Simon Gibbons (priest)
21 June 1851|
Forteau, Newfoundland and Labrador
|Died||14 December 1896
Parrsboro, Nova Scotia
|Venerated in||Anglican Church of Canada|
Simon Gibbons is believed to have been born at Forteau, Newfoundland and Labrador, on June 21, 1851, to Thomas Gibbons, a fisherman, and an Inuit woman who died giving birth. Some stories, possibly legends later circulated by Gibbons, have him found as a child on an ice-floe off the coast of Labrador. The first document about Gibbons shows him as a six-year-old child admitted to the Church of England Widows and Orphans Asylum in St John’s in 1857 upon the death of his father, along with three brothers and a sister in law. Three years later, Gibbons entered a school run by the Reverend George Poulett Harris, and the promising student was also taught by a Reverend Mr Hutchinson at Tilt Cove. In 1862, Gibbons was taken off the orphanage rolls, because he was taken by a clergy widow, Sophia Mountain, lady superintendent of the asylum. In 1867 she married Edward Feild, Bishop of Newfoundland. In 1875, Gibbons moved to Quebec to work as a lay reader, teacher and catechist, as well as to tutor the son of the Clarenceville rector for admission to the university. There he met Frances Eliza DuVernet, the rector's daughter, whom he would later marry.
Gibbons attended King's College at Windsor, Nova Scotia from 1876 to 1877, studying for the priesthood. Bishop Hibbert Binney ordained Gibbons a deacon on February 25, 1877, and a priest on March 25 the following year. He became a travelling missionary in Victoria County on Cape Breton Island. He serving the many fishermen there and their families, often travelling using snowshoes in conditions too severe for horse and wagon or sleigh. Gibbons became known for his education, intellect and sense of humour, as well as his physical stamina and endurance.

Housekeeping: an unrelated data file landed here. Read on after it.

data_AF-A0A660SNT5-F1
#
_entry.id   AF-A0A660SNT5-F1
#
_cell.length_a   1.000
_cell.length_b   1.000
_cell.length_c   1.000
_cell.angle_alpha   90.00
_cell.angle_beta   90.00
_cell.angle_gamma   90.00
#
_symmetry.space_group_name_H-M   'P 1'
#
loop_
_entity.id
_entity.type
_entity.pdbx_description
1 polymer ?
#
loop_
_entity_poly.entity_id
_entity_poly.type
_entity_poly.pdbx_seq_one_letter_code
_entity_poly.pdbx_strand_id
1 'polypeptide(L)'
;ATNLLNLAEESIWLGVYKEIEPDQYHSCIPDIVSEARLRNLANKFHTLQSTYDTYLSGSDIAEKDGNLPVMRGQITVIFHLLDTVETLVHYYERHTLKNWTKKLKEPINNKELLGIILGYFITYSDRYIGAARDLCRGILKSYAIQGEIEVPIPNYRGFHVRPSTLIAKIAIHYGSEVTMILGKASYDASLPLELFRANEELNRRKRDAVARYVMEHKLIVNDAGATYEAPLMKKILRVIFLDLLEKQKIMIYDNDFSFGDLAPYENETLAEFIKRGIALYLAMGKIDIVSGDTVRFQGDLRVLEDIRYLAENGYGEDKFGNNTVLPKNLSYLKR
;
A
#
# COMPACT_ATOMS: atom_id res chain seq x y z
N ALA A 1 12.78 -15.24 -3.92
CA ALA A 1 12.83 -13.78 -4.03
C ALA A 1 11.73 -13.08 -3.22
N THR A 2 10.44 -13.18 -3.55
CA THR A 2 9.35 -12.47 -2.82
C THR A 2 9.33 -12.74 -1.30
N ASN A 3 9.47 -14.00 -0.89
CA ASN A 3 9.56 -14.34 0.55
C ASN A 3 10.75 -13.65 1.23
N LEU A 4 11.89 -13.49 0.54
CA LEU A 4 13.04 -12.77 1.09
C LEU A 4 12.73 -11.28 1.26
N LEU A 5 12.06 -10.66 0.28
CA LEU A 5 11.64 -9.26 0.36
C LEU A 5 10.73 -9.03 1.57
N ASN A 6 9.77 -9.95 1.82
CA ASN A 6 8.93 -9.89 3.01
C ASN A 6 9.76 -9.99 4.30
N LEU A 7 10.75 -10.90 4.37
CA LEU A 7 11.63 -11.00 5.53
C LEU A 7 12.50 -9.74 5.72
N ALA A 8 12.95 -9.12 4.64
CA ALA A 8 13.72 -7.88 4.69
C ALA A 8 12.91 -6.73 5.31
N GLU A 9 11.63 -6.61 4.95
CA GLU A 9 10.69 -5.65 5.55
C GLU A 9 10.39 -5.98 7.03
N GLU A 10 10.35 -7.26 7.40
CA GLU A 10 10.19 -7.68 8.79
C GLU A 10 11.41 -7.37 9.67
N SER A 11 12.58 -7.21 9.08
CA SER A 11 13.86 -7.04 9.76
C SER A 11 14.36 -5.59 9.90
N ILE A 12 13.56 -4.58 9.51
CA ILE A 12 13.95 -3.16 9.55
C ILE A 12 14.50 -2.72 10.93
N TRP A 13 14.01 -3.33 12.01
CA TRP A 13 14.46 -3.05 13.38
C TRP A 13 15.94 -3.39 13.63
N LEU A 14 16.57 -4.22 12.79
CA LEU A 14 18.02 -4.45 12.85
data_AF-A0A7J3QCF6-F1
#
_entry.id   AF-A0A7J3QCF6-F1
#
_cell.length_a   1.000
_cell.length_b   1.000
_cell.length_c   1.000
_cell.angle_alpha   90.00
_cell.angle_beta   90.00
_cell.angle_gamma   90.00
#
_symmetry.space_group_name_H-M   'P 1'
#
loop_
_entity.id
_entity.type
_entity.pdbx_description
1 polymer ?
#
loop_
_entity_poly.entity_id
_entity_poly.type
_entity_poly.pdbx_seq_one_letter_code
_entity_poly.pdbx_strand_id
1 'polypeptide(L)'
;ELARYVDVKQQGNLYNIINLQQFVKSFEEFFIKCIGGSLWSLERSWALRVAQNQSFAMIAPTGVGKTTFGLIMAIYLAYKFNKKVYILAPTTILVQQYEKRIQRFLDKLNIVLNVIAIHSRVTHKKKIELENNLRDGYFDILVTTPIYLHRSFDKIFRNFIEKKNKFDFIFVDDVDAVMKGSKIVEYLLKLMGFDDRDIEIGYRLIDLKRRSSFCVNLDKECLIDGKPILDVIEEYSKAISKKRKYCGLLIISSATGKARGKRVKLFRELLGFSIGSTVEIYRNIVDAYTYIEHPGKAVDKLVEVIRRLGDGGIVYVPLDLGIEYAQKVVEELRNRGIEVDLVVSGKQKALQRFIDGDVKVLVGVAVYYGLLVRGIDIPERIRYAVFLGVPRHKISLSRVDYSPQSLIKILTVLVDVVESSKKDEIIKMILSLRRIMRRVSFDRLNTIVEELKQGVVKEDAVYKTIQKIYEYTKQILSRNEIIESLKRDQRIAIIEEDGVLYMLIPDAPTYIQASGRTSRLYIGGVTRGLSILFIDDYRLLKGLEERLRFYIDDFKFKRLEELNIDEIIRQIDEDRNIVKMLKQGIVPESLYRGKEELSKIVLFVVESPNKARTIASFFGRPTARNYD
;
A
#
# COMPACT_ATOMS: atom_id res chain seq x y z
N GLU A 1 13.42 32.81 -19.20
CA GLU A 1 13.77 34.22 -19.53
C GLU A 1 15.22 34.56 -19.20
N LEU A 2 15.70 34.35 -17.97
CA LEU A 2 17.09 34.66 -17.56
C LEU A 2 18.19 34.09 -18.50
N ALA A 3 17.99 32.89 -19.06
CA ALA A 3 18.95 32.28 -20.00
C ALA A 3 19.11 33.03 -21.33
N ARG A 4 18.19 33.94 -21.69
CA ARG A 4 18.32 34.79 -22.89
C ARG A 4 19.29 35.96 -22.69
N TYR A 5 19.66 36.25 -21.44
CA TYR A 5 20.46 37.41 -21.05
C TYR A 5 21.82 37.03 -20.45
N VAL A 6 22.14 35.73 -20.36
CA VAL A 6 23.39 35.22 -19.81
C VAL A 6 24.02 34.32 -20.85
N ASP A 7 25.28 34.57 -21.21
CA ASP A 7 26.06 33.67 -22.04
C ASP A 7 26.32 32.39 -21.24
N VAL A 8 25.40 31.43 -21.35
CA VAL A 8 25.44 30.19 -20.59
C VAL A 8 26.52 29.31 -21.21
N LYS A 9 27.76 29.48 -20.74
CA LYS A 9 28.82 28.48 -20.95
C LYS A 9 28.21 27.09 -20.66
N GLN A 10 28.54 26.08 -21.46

In 1881 and 1882, Gibbons travelled to England to solicit funds to build churches in his district, preaching in Westminister Abbey and being introduced to Queen Victoria. He laconically stated "my face was my fortune", alluding to what Canon Morris referred to as his "Eskimo physique".
Upon returning in 1883, Gibbons built two churches and a mission house, as well as gave his bishop $4500 to endow the mission. One of the churches was Saint Peter's and Saint John's Anglican Church in Baddeck, Nova Scotia. In 1885, Gibbons traveled to the West Indies to regain his health, then was relocated to he parish of Lockeport, Nova Scotia where he served three congregations in a circuit along 35 miles of coastline. In 1888, after another trip to Britain to secure funding, Gibbons again relocated, this time to Parrsboro, where he oversaw the construction of three churches.
Gibbons may have visited Cambridge during his visits to England. The churches that he subsequently built in Canada reflect the style of the Cambridge Camden Society. His churches were designed in a simple style, reminiscent of medieval European churches but using wood rather than stone. A distinctive feature of his churches, is the use of Rhenish helm, or Rhineland helmet, bell towers.
Death and legacy
Gibbons died on December 14, 1896, in Parrsboro, where he was buried. The Canadian Calendar of Holy Persons of the Anglican Church of Canada remembers Gibbons on the anniversary of his death, December 14. An inukshuk was recently[clarification needed] raised to honour the missionary on the Diligent River where he worked in his final years.
- "Simon Thomas Gibbons". Dictionary of Canadian Biography Online. Dictionary of Canadian Biography Online. Retrieved 13 April 2012.
- "Saint Peter's and Saint John's Anglican Church". Canada's Historic Places. Parks Canada. Retrieved 14 April 2012.